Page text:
'We distinguish by the name evangelical mythus a narrative relating directly or indirectly to Jesus, which may be considered not as the expression of a fact, but as the product of an idea of his earliest followers: such a narrative being mythical in proportion as it exhibits this character...The mythus presents two phases: in the first place it is not history; in the second it is fiction, the product of the particular mental tendency of a certain community - Strauss' Life of Jesus, volume one, trans. George Eliot David Friedrich Strauss's Das Leben Jesu Kritisch Bearbeitet (1835) brought about a new dawn in Biblical criticism by applying the 'myth theory' to the life of Jesus. Strauss treated the Gospel narrative like any other historical work, and denied all supernatural elements in the Gospels. Das Leben Jesu created an overnight sensation and Strauss became embroiled in fierce controversy. This earliest English version of 1846 was translated by the novelist George Eliot, and was her first published book. Strauss's interpretation of biblical events was a result of and a response to the attacks on orthodox Christianity brought by the Enlightenment.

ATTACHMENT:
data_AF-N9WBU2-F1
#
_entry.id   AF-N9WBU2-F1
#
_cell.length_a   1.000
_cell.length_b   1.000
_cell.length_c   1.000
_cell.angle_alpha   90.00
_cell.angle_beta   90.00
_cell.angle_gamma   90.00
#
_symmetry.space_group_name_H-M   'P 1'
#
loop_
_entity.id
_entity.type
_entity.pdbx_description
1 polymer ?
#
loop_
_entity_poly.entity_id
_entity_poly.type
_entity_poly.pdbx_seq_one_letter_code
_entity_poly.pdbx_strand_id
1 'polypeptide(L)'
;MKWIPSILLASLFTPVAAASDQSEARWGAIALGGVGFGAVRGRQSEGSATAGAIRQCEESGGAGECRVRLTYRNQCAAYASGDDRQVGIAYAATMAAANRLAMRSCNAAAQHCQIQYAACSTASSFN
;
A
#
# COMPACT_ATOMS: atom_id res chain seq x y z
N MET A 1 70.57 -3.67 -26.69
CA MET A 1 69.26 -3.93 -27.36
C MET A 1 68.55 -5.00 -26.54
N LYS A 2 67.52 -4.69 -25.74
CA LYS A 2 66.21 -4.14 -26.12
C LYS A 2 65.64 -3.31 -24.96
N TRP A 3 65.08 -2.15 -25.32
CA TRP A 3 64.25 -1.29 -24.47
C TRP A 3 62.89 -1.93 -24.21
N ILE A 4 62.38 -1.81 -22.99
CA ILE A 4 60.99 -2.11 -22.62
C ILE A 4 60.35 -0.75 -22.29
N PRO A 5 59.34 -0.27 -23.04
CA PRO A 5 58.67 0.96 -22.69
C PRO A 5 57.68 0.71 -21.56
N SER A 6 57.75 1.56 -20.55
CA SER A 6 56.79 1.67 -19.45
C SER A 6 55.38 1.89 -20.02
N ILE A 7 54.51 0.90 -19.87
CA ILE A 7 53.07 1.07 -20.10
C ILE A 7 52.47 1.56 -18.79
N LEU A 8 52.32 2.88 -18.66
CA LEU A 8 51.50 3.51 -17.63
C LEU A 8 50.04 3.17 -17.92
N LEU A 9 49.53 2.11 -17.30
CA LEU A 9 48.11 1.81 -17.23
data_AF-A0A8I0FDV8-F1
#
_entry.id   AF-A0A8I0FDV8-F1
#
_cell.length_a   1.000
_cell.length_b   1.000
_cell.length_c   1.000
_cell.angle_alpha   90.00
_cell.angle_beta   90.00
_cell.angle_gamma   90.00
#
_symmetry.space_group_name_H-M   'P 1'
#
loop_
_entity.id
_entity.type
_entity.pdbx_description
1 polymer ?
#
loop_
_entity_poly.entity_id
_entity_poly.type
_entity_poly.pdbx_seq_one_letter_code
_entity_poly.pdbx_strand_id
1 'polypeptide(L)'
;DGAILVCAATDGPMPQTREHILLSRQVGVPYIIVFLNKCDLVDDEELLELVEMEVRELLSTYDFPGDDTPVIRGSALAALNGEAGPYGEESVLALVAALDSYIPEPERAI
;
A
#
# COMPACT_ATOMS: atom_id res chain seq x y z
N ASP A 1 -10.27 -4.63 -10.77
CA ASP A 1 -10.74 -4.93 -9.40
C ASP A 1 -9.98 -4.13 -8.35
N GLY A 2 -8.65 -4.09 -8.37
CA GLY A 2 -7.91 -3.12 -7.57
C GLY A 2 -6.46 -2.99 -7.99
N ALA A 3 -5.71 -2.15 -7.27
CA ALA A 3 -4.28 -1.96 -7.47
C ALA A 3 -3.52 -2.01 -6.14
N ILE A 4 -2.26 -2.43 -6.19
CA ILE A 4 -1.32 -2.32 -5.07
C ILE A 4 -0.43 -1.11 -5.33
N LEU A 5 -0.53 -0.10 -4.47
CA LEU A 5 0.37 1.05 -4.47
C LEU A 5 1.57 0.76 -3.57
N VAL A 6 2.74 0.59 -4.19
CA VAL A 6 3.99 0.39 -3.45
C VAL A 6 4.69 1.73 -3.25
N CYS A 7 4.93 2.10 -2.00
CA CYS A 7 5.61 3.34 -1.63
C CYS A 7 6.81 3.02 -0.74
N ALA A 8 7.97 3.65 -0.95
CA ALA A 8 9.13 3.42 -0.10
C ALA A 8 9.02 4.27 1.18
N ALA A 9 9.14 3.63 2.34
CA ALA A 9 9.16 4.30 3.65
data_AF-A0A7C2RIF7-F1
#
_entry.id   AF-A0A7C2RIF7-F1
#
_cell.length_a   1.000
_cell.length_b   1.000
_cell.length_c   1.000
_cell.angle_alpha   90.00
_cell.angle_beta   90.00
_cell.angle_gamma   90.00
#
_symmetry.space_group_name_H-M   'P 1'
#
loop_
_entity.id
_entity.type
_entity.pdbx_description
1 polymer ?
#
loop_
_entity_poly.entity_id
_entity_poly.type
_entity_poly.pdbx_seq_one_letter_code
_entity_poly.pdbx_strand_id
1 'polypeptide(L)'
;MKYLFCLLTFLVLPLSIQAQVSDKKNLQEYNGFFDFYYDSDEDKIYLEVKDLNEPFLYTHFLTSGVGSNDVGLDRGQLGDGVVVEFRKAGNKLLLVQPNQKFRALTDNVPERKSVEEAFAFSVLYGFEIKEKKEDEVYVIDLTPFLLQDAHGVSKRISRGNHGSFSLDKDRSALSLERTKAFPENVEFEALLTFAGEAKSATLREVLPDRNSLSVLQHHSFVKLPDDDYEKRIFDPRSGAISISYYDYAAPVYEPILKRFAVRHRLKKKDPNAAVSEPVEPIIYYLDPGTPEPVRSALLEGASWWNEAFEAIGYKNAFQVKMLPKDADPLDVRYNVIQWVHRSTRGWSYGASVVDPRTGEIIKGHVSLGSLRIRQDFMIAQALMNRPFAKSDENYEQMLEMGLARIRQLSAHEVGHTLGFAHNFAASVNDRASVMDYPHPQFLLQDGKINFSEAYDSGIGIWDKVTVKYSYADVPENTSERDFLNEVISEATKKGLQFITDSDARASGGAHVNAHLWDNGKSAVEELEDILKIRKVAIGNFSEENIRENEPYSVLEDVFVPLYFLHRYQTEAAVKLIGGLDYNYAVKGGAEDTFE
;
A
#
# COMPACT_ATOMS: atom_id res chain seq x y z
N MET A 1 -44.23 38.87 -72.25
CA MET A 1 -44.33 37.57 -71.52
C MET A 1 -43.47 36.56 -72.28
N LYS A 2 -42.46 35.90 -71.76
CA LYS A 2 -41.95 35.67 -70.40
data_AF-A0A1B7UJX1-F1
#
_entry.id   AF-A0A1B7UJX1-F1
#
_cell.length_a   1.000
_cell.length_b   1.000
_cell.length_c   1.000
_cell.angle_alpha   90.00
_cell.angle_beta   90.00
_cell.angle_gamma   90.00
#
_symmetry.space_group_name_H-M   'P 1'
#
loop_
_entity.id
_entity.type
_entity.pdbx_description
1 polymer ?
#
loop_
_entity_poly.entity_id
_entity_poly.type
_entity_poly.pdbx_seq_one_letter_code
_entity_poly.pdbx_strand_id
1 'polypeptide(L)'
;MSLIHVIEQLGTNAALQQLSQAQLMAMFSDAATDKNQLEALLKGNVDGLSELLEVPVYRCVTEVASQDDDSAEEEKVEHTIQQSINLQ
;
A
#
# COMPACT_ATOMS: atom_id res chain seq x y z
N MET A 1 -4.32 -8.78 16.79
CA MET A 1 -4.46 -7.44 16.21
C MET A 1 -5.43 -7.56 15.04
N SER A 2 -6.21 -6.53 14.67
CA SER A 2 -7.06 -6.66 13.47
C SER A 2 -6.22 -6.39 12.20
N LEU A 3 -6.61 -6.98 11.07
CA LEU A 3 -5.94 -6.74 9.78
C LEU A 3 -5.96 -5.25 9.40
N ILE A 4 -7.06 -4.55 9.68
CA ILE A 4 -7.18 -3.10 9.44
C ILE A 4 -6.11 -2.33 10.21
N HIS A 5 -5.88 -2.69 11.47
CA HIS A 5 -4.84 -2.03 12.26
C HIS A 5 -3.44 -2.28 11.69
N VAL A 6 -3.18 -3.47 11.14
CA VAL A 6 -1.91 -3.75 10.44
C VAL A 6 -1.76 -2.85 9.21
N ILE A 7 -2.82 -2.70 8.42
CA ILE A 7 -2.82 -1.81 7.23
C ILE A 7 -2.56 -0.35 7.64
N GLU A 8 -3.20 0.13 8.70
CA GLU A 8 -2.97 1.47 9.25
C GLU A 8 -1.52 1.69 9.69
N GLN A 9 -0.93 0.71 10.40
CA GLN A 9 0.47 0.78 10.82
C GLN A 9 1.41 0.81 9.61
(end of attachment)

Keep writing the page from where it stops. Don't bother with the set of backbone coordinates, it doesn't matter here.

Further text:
In the face of scepticism about such biblical events as miracles, his aim was to explain how Christians came to believe when there was no objective historical basis for their faith. Taking the resurrection as the key article of faith, his verdict was that religion was an expression of the human mind's ability to generate myths and interpret them as truths revealed by God. Influenced by Hegel and Schleiermacher, Strauss characterized Christianity as a stage in the evolution of pantheism that had reached its culmination in Hegelian philosophy. He thus created an entirely new atmosphere of scholarship on Christ's life and historical criticism of the Bible. The furore turned the Life of Jesus into a cause celebre and to German liberals Strauss became a symbol for the freedom of thought.